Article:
In what may turn out to be the year’s most ironic hoax, dozens of newspapers are running with The Sun’s story Ewe’ve been conned ladies - you know, the one where the Japanese women though that sheep were poodles:
Entire flocks were imported to Japan from the UK and Australia then sold by the internet company as the latest must have pet.
The bizarre scam was rumbled when Japanese movie star Maiko Kawakami [Ed: topless pics, NSFW] complained on a talk show that her new poodle refused to bark or eat dog food.
News.com.au ran with the story on their front page (and the delightful tag line “Japs tricked into buying lambs they thought were poodles”), but later backed off (though the original story has not been updated). Meanwhile Fairfax is hedging its bets by referring to how ‘the story goes’, a revealing abstraction.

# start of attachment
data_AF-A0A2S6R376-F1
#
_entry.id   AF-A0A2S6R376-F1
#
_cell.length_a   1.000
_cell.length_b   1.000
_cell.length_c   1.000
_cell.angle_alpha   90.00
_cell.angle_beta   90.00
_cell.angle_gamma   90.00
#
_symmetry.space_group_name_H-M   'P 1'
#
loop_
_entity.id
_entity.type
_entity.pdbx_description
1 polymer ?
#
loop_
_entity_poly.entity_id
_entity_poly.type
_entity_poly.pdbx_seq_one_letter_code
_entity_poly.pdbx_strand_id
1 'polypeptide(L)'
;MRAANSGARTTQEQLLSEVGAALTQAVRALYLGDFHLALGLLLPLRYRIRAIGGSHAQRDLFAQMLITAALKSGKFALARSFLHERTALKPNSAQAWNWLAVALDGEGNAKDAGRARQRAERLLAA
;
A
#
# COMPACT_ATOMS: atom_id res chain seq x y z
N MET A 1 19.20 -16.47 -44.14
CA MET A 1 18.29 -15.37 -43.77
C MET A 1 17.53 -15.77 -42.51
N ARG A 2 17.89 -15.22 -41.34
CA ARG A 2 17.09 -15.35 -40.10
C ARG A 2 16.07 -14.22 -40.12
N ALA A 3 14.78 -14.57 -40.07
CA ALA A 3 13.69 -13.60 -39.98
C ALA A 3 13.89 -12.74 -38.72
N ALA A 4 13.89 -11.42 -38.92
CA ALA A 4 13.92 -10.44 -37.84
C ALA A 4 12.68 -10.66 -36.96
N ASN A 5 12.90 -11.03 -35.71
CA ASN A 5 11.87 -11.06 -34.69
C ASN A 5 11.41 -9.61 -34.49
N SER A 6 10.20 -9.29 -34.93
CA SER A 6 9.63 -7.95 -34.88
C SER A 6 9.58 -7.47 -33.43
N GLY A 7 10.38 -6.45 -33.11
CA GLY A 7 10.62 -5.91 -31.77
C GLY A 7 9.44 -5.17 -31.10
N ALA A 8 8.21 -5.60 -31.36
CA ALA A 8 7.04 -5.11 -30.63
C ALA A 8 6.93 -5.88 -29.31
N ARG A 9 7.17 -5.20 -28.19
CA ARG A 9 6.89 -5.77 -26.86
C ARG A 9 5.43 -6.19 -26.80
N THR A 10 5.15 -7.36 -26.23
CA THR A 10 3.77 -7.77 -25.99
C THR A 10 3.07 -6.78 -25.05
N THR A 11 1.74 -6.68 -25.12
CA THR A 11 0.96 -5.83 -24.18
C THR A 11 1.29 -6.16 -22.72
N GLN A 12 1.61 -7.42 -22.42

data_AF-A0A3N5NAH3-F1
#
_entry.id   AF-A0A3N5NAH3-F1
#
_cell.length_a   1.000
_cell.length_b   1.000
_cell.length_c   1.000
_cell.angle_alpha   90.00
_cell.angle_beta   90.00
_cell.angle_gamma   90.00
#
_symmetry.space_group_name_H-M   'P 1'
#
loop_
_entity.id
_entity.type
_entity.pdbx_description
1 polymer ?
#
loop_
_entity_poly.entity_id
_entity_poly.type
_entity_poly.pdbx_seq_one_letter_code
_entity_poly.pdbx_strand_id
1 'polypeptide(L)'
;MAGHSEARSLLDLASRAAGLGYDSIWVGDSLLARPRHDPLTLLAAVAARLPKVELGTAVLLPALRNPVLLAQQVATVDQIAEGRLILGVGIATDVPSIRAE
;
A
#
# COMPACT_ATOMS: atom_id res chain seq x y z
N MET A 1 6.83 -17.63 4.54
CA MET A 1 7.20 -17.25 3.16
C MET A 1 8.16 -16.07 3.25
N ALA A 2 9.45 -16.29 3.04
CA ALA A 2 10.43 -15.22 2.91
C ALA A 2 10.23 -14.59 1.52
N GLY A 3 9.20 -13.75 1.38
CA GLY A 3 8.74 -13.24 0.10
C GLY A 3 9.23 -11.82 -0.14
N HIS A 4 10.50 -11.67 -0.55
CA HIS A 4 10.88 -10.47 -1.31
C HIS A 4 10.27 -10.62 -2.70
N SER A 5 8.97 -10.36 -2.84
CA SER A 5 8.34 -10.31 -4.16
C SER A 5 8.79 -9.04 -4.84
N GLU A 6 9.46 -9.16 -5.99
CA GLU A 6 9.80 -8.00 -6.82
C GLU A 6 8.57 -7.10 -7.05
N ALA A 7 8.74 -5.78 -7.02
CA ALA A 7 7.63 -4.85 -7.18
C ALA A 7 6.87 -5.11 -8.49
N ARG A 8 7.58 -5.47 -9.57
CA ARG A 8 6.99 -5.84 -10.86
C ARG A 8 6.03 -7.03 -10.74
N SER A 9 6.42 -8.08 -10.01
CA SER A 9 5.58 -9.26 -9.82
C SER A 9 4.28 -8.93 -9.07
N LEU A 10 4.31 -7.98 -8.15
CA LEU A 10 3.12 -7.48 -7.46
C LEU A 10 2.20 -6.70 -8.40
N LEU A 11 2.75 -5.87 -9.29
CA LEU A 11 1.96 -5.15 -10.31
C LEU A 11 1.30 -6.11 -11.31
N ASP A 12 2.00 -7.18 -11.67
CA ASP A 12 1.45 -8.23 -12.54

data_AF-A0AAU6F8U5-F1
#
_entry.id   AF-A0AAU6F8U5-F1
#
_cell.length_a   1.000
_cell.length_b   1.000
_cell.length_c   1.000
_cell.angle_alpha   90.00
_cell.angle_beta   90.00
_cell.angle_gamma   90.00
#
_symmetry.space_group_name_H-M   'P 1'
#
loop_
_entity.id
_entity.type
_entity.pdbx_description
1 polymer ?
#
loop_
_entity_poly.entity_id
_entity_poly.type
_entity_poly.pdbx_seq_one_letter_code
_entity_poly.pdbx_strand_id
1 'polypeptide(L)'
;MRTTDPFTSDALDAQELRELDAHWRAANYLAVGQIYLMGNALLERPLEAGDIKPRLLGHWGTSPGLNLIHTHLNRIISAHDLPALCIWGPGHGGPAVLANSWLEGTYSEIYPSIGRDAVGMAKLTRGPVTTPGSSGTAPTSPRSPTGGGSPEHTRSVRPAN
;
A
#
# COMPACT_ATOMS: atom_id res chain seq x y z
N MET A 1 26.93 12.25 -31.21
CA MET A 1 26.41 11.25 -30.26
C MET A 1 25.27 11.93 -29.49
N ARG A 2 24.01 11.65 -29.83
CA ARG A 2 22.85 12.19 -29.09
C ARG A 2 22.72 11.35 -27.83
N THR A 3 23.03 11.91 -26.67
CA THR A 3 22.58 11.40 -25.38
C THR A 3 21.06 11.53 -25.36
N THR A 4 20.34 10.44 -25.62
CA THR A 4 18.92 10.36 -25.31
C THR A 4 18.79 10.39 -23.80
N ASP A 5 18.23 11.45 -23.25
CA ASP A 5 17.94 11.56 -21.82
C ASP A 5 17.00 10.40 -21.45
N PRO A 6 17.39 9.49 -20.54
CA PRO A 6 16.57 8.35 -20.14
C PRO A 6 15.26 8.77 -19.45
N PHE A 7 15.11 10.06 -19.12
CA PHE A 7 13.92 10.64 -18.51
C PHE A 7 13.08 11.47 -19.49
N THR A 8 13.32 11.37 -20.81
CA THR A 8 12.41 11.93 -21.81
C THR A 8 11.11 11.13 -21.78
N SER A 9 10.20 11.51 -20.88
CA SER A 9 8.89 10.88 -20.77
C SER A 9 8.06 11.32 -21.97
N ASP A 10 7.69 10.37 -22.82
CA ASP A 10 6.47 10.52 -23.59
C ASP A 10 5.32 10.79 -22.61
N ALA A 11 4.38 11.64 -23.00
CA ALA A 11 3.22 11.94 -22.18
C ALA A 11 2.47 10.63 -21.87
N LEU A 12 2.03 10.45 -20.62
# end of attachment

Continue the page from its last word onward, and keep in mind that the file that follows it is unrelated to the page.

The facts, according to Cerebral Soup, are much more mundane. Kawakami apparently recounted the story, as a joke, on TV - a far cry from having to be told that her dog was a lamb.
So why has this rolled into such a big story? It’s certainly ridiculous enough to warrant the coverage if it was true. I think the reality is that the western world tends to think of Japan as a strange and somewhat unreal place, divorced from nature and obsessed with technology. “Surely,” one might say, “it’s not that far-fetched that somebody as boneheaded as an actress could be taken in by such a scam.”
As with all assumptions, this one reveals more about those who made it (the editors who ran this story on the front page of their websites) than about those featured in it. A little bit of prejudice goes a long way - in this case, a lot further than the fact-checker did.